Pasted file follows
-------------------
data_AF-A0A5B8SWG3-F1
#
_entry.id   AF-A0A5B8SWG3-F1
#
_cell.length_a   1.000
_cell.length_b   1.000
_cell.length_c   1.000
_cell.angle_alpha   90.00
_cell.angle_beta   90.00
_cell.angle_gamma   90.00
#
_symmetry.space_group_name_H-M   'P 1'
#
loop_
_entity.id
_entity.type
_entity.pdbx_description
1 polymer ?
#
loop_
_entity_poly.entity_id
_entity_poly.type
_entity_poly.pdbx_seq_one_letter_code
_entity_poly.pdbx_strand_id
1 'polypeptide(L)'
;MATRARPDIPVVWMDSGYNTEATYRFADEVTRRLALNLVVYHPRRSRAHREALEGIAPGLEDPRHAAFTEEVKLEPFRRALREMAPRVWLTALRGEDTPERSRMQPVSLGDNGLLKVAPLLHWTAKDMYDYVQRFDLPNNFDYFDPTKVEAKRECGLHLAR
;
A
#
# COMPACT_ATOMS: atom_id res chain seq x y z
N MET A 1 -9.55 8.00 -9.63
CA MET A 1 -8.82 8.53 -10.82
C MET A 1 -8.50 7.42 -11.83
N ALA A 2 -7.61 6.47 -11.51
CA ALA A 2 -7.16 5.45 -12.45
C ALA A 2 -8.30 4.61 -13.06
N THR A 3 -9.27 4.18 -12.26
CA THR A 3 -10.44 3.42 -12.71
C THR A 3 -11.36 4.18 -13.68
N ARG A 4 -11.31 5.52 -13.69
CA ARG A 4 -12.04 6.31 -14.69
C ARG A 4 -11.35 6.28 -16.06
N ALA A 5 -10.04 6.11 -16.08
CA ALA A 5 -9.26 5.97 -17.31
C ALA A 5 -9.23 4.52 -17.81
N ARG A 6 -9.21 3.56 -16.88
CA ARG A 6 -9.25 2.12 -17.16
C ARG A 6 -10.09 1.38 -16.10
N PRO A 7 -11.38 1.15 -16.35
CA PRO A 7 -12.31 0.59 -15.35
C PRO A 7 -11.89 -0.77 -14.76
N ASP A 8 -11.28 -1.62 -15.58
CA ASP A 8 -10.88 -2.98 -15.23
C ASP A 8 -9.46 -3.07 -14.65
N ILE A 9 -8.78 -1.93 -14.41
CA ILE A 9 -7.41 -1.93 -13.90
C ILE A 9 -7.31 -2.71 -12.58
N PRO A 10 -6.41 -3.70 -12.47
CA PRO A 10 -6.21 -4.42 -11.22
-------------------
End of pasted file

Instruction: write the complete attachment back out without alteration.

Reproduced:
data_AF-A0A5B8SWG3-F1
#
_entry.id   AF-A0A5B8SWG3-F1
#
_cell.length_a   1.000
_cell.length_b   1.000
_cell.length_c   1.000
_cell.angle_alpha   90.00
_cell.angle_beta   90.00
_cell.angle_gamma   90.00
#
_symmetry.space_group_name_H-M   'P 1'
#
loop_
_entity.id
_entity.type
_entity.pdbx_description
1 polymer ?
#
loop_
_entity_poly.entity_id
_entity_poly.type
_entity_poly.pdbx_seq_one_letter_code
_entity_poly.pdbx_strand_id
1 'polypeptide(L)'
;MATRARPDIPVVWMDSGYNTEATYRFADEVTRRLALNLVVYHPRRSRAHREALEGIAPGLEDPRHAAFTEEVKLEPFRRALREMAPRVWLTALRGEDTPERSRMQPVSLGDNGLLKVAPLLHWTAKDMYDYVQRFDLPNNFDYFDPTKVEAKRECGLHLAR
;
A
#
# COMPACT_ATOMS: atom_id res chain seq x y z
N MET A 1 -9.55 8.00 -9.63
CA MET A 1 -8.82 8.53 -10.82
C MET A 1 -8.50 7.42 -11.83
N ALA A 2 -7.61 6.47 -11.51
CA ALA A 2 -7.16 5.45 -12.45
C ALA A 2 -8.30 4.61 -13.06
N THR A 3 -9.27 4.18 -12.26
CA THR A 3 -10.44 3.42 -12.71
C THR A 3 -11.36 4.18 -13.68
N ARG A 4 -11.31 5.52 -13.69
CA ARG A 4 -12.04 6.31 -14.69
C ARG A 4 -11.35 6.28 -16.06
N ALA A 5 -10.04 6.11 -16.08
CA ALA A 5 -9.26 5.97 -17.31
C ALA A 5 -9.23 4.52 -17.81
N ARG A 6 -9.21 3.56 -16.88
CA ARG A 6 -9.25 2.12 -17.16
C ARG A 6 -10.09 1.38 -16.10
N PRO A 7 -11.38 1.15 -16.35
CA PRO A 7 -12.31 0.59 -15.35
C PRO A 7 -11.89 -0.77 -14.76
N ASP A 8 -11.28 -1.62 -15.58
CA ASP A 8 -10.88 -2.98 -15.23
C ASP A 8 -9.46 -3.07 -14.65
N ILE A 9 -8.78 -1.93 -14.41
CA ILE A 9 -7.41 -1.93 -13.90
C ILE A 9 -7.31 -2.71 -12.58
N PRO A 10 -6.41 -3.70 -12.47
CA PRO A 10 -6.21 -4.42 -11.22